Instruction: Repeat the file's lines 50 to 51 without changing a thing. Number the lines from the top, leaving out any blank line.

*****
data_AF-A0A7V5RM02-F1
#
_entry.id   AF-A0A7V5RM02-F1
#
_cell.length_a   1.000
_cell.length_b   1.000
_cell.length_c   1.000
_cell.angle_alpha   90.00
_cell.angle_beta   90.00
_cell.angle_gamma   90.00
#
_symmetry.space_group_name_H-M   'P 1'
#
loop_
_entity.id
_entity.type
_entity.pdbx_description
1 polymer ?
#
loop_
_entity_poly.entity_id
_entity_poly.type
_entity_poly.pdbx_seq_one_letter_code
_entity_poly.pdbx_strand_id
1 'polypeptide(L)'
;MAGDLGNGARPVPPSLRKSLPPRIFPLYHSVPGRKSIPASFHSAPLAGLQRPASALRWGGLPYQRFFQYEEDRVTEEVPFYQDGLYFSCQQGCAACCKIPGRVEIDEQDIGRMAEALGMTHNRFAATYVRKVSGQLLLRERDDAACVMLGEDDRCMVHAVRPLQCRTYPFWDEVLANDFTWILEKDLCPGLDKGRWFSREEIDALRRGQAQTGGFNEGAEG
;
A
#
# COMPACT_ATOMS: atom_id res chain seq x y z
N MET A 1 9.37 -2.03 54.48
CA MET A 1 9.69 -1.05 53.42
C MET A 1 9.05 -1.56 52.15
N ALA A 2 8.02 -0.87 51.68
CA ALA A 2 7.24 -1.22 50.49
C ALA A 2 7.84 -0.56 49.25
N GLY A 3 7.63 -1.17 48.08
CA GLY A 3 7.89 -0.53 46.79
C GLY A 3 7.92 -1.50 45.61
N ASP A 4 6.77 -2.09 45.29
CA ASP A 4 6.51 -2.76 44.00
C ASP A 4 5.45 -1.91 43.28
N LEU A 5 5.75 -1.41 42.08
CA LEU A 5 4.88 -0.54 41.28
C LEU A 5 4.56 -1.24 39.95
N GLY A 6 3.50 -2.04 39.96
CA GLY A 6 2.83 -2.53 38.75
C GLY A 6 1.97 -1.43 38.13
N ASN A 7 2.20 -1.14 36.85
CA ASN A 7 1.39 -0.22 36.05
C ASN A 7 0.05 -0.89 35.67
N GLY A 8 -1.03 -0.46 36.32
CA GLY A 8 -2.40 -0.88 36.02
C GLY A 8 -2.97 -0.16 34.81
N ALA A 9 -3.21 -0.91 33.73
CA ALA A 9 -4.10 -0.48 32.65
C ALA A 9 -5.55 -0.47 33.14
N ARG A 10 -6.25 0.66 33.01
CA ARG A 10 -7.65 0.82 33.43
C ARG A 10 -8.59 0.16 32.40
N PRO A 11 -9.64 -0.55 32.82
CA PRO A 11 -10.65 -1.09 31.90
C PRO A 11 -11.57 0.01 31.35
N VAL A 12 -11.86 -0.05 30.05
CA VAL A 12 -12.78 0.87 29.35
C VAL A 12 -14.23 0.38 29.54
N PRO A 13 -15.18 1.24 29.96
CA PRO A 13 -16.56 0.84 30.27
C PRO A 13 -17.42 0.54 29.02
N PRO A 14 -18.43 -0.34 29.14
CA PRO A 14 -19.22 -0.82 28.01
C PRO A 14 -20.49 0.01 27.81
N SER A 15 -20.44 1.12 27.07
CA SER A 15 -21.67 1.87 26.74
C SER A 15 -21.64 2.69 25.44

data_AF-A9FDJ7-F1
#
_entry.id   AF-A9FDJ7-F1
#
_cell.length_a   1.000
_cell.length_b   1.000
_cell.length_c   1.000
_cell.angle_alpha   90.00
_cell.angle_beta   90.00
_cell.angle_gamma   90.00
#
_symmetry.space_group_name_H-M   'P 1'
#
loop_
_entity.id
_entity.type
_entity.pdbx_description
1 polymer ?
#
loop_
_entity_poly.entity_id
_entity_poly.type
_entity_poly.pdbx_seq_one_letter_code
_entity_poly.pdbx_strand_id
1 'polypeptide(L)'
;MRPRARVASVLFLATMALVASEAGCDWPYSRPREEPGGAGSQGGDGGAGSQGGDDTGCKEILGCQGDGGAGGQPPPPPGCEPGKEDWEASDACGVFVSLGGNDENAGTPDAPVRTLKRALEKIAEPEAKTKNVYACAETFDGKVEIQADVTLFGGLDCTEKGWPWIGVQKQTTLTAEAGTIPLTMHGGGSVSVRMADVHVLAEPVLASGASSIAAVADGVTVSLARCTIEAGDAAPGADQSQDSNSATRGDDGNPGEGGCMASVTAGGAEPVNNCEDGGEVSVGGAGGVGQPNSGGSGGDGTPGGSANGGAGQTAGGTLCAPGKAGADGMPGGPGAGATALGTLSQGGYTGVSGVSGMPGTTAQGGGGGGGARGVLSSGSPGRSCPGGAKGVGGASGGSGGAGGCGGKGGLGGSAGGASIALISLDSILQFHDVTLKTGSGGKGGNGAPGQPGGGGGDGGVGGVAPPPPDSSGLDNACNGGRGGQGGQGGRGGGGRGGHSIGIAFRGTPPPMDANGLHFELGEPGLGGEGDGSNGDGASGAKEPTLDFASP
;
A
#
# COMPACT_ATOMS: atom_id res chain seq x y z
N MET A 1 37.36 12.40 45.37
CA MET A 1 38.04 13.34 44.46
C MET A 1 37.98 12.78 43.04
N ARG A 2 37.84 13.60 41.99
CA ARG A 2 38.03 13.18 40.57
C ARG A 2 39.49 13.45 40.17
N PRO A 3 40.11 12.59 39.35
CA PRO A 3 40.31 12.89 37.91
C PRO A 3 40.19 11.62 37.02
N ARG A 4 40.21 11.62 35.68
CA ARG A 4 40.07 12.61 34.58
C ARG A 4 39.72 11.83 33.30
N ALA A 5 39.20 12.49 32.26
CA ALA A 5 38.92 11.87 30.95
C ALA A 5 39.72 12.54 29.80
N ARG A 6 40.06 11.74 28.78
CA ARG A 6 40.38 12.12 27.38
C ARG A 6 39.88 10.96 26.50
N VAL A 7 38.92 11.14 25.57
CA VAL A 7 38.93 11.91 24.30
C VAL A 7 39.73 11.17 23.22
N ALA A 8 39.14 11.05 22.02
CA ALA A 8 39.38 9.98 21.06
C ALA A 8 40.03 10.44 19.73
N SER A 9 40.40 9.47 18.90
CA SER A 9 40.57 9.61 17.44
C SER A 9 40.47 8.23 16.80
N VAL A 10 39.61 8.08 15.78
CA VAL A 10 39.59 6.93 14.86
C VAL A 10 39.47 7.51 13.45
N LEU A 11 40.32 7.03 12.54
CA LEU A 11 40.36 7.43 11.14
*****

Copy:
CA ASN A 7 1.39 -0.22 36.05
C ASN A 7 0.05 -0.89 35.67